Forget Your Super-Over, Bring On Sudden Death

The crazy rule that could decide Rugby World Cup
12:21, 19 Sep 2019

Who could forget the drama of this year’s Cricket World Cup Final when the words ‘Super Over’ were catapulted into the spotlight? 

England and New Zealand could not be separated, meaning the utilisation of this unusual and barely used regulation which had even the most ardent cricket buff scratching their head.

And, with the Rugby World Cup beginning on Friday, we could see another nail-biting finale to a major event given the tie-breaker rules put in place by World Cup, the tournament's governing body.

This year's final could well be decided by a rugby variation of a penalty shoot-out if scores are tied.

Games in the knockout phase of the competition will go to extra-time, played in two halves of 10 minutes. A further 10 minutes of sudden-death would then be needed if the teams remain level, with the first team to score winning the game.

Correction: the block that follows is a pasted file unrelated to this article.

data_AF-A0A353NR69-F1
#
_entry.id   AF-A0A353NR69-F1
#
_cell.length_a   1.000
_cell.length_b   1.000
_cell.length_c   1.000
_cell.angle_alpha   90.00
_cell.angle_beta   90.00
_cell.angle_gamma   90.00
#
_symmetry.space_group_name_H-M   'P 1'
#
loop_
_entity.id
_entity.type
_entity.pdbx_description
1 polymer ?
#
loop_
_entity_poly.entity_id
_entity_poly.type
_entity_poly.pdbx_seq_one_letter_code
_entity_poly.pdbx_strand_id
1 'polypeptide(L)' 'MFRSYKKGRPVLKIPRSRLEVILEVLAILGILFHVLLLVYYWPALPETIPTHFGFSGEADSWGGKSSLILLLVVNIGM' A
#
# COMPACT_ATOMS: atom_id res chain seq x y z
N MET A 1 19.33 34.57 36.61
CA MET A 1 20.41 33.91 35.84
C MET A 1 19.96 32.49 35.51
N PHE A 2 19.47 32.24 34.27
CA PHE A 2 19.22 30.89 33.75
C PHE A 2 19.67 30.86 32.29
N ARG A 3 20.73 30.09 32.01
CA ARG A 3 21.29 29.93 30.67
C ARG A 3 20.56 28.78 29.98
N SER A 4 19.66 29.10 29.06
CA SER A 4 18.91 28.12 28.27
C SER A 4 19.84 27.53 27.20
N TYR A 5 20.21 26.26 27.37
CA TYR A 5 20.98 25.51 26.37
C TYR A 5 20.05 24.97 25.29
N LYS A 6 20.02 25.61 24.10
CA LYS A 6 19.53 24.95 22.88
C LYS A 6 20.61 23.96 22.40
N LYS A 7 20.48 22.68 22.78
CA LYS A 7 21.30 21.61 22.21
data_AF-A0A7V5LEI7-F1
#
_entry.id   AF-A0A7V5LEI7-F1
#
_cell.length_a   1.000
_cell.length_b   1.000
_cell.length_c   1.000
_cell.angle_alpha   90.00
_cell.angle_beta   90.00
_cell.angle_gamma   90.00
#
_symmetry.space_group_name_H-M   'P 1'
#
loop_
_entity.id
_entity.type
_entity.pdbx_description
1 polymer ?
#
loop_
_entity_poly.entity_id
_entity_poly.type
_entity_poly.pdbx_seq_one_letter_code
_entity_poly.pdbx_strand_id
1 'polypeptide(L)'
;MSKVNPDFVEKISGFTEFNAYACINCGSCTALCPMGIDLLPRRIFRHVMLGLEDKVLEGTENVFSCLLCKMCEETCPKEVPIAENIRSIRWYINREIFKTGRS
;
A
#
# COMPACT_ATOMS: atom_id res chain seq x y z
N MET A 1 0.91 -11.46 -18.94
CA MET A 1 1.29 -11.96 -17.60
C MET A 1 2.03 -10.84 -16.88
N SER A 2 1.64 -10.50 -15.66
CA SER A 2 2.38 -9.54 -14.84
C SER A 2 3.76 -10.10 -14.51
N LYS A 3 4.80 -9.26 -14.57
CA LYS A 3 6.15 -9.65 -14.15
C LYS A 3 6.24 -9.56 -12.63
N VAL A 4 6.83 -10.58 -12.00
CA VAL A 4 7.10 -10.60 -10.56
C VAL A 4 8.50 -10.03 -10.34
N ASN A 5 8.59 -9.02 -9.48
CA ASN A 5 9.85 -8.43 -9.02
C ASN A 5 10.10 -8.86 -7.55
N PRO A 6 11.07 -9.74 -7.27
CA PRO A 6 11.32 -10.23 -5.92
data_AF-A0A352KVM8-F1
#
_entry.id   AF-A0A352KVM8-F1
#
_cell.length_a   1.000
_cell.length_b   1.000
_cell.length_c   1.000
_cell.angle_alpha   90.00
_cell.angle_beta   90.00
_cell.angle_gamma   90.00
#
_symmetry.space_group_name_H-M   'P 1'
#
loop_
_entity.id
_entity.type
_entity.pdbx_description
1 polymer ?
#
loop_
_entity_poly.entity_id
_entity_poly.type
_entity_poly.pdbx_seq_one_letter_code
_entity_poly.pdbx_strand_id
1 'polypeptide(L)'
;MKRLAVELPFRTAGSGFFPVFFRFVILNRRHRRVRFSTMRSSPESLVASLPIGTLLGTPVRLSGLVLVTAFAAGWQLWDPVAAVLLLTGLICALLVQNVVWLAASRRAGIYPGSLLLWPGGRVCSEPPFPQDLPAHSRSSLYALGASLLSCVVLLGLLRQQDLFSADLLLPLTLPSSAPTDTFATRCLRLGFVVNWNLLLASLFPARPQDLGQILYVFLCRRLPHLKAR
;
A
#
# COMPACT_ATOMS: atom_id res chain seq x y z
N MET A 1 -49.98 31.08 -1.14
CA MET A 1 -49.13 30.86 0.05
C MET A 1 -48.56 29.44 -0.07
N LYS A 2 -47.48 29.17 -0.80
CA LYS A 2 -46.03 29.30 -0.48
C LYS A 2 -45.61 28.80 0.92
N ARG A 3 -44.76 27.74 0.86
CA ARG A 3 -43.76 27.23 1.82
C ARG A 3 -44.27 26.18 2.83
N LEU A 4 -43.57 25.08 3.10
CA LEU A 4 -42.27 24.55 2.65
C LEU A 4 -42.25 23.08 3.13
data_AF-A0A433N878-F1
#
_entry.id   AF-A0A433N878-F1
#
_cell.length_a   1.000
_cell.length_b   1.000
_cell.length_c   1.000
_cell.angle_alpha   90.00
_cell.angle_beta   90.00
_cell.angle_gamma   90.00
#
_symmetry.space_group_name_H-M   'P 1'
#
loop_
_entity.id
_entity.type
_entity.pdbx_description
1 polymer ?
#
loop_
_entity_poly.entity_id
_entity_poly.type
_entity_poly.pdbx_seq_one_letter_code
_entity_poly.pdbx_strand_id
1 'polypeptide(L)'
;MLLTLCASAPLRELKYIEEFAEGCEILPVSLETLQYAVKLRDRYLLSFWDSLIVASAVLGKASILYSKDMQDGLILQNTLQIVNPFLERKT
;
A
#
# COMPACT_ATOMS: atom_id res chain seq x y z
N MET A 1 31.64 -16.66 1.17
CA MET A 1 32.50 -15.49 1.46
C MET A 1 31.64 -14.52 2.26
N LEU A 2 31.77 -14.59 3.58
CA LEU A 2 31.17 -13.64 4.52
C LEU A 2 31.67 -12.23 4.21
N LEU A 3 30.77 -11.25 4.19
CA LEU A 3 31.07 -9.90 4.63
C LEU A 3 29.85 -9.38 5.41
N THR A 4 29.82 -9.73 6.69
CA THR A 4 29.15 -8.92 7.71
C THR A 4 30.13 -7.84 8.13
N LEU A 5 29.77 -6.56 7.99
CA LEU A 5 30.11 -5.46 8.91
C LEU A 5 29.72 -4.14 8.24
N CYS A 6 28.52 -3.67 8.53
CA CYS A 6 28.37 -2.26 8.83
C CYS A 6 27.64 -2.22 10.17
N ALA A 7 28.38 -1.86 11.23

But if that doesn't separate them, we're on to the oval ball game's answer to July's drama in the showpiece Lord's final.

Each captain must nominate five players to participate in a place-kicking competition. They will then take turns to have a shot at a penalty goal from the 22-metre line.

Will we see a prop forward attempting to win the World Cup with a penalty kick? It's very possible, and they won't make it easy for him either. That's because the position of the kicks will be varied.


Beyond the obvious spot directly in front of the posts, players could also be forced to take an attempt from the 15-metre line on either side of the uprights.

And just as in football, once the first five kicks have been taken, there will be sudden death until somebody cracks.

After Ben Stokes' late heroics and Novak Djokovic's historic Wimbledon victory over Roger Federer, perhaps we are in for more high-pressure sporting tie-break drama in 2019.

Endless penalty kicks going long into the Tokyo night? Bring it on.

Let the fun begin!